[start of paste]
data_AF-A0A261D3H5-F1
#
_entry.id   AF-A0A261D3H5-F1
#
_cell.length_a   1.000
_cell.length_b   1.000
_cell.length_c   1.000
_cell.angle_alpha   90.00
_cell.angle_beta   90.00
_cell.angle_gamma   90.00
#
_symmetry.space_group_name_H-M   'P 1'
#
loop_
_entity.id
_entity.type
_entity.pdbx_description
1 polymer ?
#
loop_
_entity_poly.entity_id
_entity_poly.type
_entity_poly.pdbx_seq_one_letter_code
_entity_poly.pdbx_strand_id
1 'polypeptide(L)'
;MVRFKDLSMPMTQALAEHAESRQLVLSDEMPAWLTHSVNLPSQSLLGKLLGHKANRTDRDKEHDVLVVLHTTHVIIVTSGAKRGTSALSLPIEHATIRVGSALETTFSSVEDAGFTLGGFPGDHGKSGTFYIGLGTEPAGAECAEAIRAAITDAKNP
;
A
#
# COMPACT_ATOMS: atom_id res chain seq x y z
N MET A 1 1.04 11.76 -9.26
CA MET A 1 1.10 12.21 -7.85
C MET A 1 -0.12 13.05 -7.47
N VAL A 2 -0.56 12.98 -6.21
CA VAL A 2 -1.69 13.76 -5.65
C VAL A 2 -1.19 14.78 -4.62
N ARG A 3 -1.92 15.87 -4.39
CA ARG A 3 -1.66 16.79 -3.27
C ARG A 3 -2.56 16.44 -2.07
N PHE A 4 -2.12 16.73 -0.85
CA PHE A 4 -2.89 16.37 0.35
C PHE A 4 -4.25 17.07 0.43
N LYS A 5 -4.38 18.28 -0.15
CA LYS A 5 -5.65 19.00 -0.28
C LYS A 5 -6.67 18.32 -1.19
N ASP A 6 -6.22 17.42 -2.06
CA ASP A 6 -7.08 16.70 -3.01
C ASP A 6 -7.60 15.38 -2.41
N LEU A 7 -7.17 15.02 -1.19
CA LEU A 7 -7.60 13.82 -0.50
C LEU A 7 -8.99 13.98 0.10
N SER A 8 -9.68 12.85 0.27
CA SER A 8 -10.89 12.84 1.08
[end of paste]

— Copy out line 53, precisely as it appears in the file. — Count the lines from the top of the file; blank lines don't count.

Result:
CA SER A 8 -10.89 12.84 1.08